Microsoft took another step toward eliminating passwords with the general availability release of its Authenticator application designed to swap traditional password authentication with push notifications.
Users typically fail at creating and managing their passwords. Despite the risks of using simple passwords, and using the same password for multiple accounts, users continue to favor convenience over security. Researchers discovered the most common password of 2016 was "123456."
The idea behind Authenticator is to simplify security by eliminating the need for passwords that require upper and lowercase letters, numbers, special characters, emojis, secret handshakes, etc., and moving the core of authentication from human memory to the device.
After downloading Microsoft Authenticator for iOS or Android devices, you add account information and just enter your username when accessing those websites. Instead of entering a password, you get a push notification. Tap "Approve," and you're logged in.
"We wanted to make it super easy for you to prove who you are," says Alex Simons, director of program management for Microsoft's identity division. The first step was getting rid of instances where you're used to typing in passwords.
"Passwords, overall, are a nuisance," he continues. "If you want to be secure, you have to manage all these different passwords for different services … but no one can do that. No one can make 20, 30, 40 different passwords in a secure way."
This isn't Microsoft's first foray into password elimination. Authenticator's implementation model, he says, is similar to that of Windows Hello, which lets users log into Windows 10 devices using biometric authentication.
Authenticator is initially geared towards consumers, says Simons, and there are about 800 million consumers actively using Microsoft accounts on a monthly basis. The company has plans for a business rollout, starting with a public preview later this fall, but anticipates faster adoption among consumers.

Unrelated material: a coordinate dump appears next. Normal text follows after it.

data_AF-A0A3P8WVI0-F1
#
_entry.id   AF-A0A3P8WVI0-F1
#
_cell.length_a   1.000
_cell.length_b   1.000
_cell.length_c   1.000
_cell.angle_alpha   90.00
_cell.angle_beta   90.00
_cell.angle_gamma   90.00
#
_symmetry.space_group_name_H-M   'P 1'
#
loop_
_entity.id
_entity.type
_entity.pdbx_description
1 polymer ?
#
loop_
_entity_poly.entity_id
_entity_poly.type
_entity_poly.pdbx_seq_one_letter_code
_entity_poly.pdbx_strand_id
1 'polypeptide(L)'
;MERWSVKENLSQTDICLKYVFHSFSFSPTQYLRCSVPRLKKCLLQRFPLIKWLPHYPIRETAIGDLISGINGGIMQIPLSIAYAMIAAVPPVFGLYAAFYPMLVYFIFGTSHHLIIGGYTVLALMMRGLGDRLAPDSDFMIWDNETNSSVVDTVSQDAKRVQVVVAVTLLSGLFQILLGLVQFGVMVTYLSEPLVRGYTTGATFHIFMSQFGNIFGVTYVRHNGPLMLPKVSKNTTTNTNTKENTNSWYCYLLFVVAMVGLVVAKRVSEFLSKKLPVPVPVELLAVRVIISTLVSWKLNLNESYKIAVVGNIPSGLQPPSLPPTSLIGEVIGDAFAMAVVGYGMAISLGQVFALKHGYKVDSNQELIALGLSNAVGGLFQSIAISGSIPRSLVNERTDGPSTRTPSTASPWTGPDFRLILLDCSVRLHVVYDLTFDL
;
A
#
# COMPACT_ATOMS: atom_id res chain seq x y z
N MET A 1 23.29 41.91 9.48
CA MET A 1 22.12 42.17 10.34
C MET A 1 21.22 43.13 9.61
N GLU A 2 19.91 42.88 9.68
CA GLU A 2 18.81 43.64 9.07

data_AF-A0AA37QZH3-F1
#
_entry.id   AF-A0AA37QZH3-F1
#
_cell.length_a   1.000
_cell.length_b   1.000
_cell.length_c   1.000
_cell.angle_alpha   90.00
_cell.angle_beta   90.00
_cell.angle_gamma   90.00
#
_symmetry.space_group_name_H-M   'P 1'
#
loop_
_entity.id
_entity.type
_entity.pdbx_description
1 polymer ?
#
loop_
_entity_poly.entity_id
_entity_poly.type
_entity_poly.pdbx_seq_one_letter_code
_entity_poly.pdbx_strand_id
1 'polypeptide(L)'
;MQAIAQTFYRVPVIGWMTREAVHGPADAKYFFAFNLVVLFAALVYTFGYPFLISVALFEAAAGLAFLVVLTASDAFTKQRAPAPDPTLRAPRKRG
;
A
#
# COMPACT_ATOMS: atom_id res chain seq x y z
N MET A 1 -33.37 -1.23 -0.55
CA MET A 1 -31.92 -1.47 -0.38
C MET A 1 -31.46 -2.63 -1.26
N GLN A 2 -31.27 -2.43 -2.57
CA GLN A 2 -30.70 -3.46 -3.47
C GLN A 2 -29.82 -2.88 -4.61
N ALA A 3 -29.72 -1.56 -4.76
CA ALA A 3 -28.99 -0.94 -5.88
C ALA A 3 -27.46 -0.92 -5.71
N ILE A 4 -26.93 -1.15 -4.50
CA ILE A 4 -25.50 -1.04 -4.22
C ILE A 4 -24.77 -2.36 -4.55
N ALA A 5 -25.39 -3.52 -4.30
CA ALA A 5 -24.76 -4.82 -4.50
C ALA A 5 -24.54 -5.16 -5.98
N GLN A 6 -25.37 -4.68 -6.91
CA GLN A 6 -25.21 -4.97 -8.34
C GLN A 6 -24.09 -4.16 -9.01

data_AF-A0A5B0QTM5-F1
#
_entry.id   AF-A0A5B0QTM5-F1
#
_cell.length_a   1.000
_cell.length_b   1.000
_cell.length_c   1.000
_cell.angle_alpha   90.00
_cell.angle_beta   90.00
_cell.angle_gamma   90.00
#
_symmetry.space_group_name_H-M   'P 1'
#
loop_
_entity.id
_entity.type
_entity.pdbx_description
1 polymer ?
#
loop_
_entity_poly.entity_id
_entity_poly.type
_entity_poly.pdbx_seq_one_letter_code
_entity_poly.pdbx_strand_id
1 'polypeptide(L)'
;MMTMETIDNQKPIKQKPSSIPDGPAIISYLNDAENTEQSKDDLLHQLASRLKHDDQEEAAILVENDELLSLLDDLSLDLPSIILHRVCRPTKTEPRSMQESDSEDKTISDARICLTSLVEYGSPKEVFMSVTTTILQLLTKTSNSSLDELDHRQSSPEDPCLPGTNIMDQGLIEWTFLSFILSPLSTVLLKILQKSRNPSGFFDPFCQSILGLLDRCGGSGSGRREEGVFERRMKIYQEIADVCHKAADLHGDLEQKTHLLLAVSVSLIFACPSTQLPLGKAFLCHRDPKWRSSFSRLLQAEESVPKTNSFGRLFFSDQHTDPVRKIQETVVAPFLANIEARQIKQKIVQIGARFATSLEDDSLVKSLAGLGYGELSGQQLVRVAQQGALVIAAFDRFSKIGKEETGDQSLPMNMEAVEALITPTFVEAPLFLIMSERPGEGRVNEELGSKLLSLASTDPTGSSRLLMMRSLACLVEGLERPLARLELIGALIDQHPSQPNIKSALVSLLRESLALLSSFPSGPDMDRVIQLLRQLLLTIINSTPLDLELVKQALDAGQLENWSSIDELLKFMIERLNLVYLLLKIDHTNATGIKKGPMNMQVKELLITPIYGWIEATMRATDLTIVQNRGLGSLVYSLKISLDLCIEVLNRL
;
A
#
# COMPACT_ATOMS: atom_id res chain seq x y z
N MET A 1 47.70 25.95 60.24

The authentication app works with online Microsoft accounts, as well as with Facebook-, Google-, and other user accounts.
Simplifying user access was one of the goals behind Authenticator. The other was to make it harder for criminals to break into devices.
Paul Cotter, senior security architect with West Monroe Partners, says Microsoft's update is arguably an improvement on "normal passwords" because users need to physically have their phones to access their accounts.
"The problem with a password is if someone finds your password, they can use it from any physical location to gain access to multiple online services," he explains. "With a phone authentication, a hacker would need the physical phone to be able to compromise."
However, he argues, Microsoft isn’t really "killing the password" with Authenticator.
"This is still a single-authentication method," Cotter explains. "There is still only one thing -- in this case, a phone rather than a password, that authenticates identity."
Multi-factor authentication is "the best answer to poor passwords,"he says, and is required to increase security because it diversifies authentication, making it tougher for thieves and cybercriminals to break into devices.
It's worth noting here that Microsoft views its App as two-factor authentication, but acknowledges there are multiple interpretations of what constitutes two-factor authentication. It views the phone as the first factor, and the PIN or fingerprint on the device as the second factor. Each sign-in requires both, the company explains.
Bad actors may need physical phone access to bypass Authenticator, but Cotter notes that phones are also easy to break into. People use simple passcodes (think "1234"), so moving authentication from person to device may only be shifting the risk.
Cotter also notes that biometric authentication could potentially run into problems with the Fifth Amendment. A few years back, courts determined a person could not be required to provide a password under the Fifth Amendment (the right to not self-incriminate). However, they can be compelled to provide a fingerprint that will unlock a device.